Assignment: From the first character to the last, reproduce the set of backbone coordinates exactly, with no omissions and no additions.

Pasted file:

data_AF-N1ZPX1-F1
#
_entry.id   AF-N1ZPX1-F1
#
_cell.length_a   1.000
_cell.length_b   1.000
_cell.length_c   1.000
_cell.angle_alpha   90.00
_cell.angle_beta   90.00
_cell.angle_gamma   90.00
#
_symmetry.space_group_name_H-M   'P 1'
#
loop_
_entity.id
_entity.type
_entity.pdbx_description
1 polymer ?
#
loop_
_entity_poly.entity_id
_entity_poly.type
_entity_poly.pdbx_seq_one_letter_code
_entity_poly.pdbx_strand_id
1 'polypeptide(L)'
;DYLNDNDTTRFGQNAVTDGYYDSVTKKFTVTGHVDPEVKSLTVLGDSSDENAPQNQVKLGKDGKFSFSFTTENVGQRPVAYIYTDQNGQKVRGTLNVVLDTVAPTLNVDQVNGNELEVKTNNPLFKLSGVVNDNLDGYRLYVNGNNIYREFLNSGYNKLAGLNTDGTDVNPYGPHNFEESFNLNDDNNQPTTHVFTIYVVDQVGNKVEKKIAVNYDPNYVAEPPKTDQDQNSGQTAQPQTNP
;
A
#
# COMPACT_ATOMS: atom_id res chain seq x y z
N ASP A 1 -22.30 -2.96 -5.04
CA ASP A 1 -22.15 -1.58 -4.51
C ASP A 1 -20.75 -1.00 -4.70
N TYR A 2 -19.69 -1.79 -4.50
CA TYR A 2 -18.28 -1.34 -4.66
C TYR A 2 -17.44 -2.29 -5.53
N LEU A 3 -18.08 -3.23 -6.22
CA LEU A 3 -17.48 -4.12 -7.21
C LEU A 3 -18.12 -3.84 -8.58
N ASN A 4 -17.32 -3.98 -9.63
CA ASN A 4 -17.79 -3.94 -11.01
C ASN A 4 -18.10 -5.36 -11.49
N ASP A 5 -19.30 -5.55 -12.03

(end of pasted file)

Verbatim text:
data_AF-N1ZPX1-F1
#
_entry.id   AF-N1ZPX1-F1
#
_cell.length_a   1.000
_cell.length_b   1.000
_cell.length_c   1.000
_cell.angle_alpha   90.00
_cell.angle_beta   90.00
_cell.angle_gamma   90.00
#
_symmetry.space_group_name_H-M   'P 1'
#
loop_
_entity.id
_entity.type
_entity.pdbx_description
1 polymer ?
#
loop_
_entity_poly.entity_id
_entity_poly.type
_entity_poly.pdbx_seq_one_letter_code
_entity_poly.pdbx_strand_id
1 'polypeptide(L)'
;DYLNDNDTTRFGQNAVTDGYYDSVTKKFTVTGHVDPEVKSLTVLGDSSDENAPQNQVKLGKDGKFSFSFTTENVGQRPVAYIYTDQNGQKVRGTLNVVLDTVAPTLNVDQVNGNELEVKTNNPLFKLSGVVNDNLDGYRLYVNGNNIYREFLNSGYNKLAGLNTDGTDVNPYGPHNFEESFNLNDDNNQPTTHVFTIYVVDQVGNKVEKKIAVNYDPNYVAEPPKTDQDQNSGQTAQPQTNP
;
A
#
# COMPACT_ATOMS: atom_id res chain seq x y z
N ASP A 1 -22.30 -2.96 -5.04
CA ASP A 1 -22.15 -1.58 -4.51
C ASP A 1 -20.75 -1.00 -4.70
N TYR A 2 -19.69 -1.79 -4.50
CA TYR A 2 -18.28 -1.34 -4.66
C TYR A 2 -17.44 -2.29 -5.53
N LEU A 3 -18.08 -3.23 -6.22
CA LEU A 3 -17.48 -4.12 -7.21
C LEU A 3 -18.12 -3.84 -8.58
N ASN A 4 -17.32 -3.98 -9.63
CA ASN A 4 -17.79 -3.94 -11.01
C ASN A 4 -18.10 -5.36 -11.49
N ASP A 5 -19.30 -5.55 -12.03